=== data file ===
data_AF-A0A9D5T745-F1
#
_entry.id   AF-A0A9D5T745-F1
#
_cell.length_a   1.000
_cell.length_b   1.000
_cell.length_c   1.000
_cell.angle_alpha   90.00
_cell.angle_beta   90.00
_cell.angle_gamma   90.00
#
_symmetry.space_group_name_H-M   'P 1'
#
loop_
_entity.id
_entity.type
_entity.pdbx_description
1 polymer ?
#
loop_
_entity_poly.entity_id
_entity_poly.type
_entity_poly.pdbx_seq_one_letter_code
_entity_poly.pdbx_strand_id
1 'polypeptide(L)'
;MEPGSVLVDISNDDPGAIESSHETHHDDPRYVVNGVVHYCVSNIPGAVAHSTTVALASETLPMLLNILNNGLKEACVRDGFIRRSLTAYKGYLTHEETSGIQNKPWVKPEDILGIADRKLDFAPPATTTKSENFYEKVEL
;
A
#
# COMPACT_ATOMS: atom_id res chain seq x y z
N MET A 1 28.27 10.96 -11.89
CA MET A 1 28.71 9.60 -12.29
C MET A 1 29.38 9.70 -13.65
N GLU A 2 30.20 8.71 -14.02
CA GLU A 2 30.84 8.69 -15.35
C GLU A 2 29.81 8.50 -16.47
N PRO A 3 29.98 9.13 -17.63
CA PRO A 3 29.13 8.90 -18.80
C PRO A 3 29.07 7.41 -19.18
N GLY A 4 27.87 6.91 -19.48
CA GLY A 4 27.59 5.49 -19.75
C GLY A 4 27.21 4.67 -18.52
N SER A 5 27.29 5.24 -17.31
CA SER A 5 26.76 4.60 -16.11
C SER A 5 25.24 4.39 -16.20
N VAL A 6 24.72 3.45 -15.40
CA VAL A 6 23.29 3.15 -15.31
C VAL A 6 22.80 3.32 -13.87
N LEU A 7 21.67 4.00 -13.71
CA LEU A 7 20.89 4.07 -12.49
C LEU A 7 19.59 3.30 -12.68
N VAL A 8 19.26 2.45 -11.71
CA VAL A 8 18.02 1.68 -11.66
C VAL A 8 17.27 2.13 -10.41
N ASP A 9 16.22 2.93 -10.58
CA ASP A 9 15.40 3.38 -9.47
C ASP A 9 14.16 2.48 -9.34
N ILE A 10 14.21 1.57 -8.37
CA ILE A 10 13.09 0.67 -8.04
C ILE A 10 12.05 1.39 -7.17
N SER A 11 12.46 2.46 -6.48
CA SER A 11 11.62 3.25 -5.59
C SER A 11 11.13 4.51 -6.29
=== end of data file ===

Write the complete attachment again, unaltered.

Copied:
data_AF-A0A9D5T745-F1
#
_entry.id   AF-A0A9D5T745-F1
#
_cell.length_a   1.000
_cell.length_b   1.000
_cell.length_c   1.000
_cell.angle_alpha   90.00
_cell.angle_beta   90.00
_cell.angle_gamma   90.00
#
_symmetry.space_group_name_H-M   'P 1'
#
loop_
_entity.id
_entity.type
_entity.pdbx_description
1 polymer ?
#
loop_
_entity_poly.entity_id
_entity_poly.type
_entity_poly.pdbx_seq_one_letter_code
_entity_poly.pdbx_strand_id
1 'polypeptide(L)'
;MEPGSVLVDISNDDPGAIESSHETHHDDPRYVVNGVVHYCVSNIPGAVAHSTTVALASETLPMLLNILNNGLKEACVRDGFIRRSLTAYKGYLTHEETSGIQNKPWVKPEDILGIADRKLDFAPPATTTKSENFYEKVEL
;
A
#
# COMPACT_ATOMS: atom_id res chain seq x y z
N MET A 1 28.27 10.96 -11.89
CA MET A 1 28.71 9.60 -12.29
C MET A 1 29.38 9.70 -13.65
N GLU A 2 30.20 8.71 -14.02
CA GLU A 2 30.84 8.69 -15.35
C GLU A 2 29.81 8.50 -16.47
N PRO A 3 29.98 9.13 -17.63
CA PRO A 3 29.13 8.90 -18.80
C PRO A 3 29.07 7.41 -19.18
N GLY A 4 27.87 6.91 -19.48
CA GLY A 4 27.59 5.49 -19.75
C GLY A 4 27.21 4.67 -18.52
N SER A 5 27.29 5.24 -17.31
CA SER A 5 26.76 4.60 -16.11
C SER A 5 25.24 4.39 -16.20
N VAL A 6 24.72 3.45 -15.40
CA VAL A 6 23.29 3.15 -15.31
C VAL A 6 22.80 3.32 -13.87
N LEU A 7 21.67 4.00 -13.71
CA LEU A 7 20.89 4.07 -12.49
C LEU A 7 19.59 3.30 -12.68
N VAL A 8 19.26 2.45 -11.71
CA VAL A 8 18.02 1.68 -11.66
C VAL A 8 17.27 2.13 -10.41
N ASP A 9 16.22 2.93 -10.58
CA ASP A 9 15.40 3.38 -9.47
C ASP A 9 14.16 2.48 -9.34
N ILE A 10 14.21 1.57 -8.37
CA ILE A 10 13.09 0.67 -8.04
C ILE A 10 12.05 1.39 -7.17
N SER A 11 12.46 2.46 -6.48
CA SER A 11 11.62 3.25 -5.59
C SER A 11 11.13 4.51 -6.29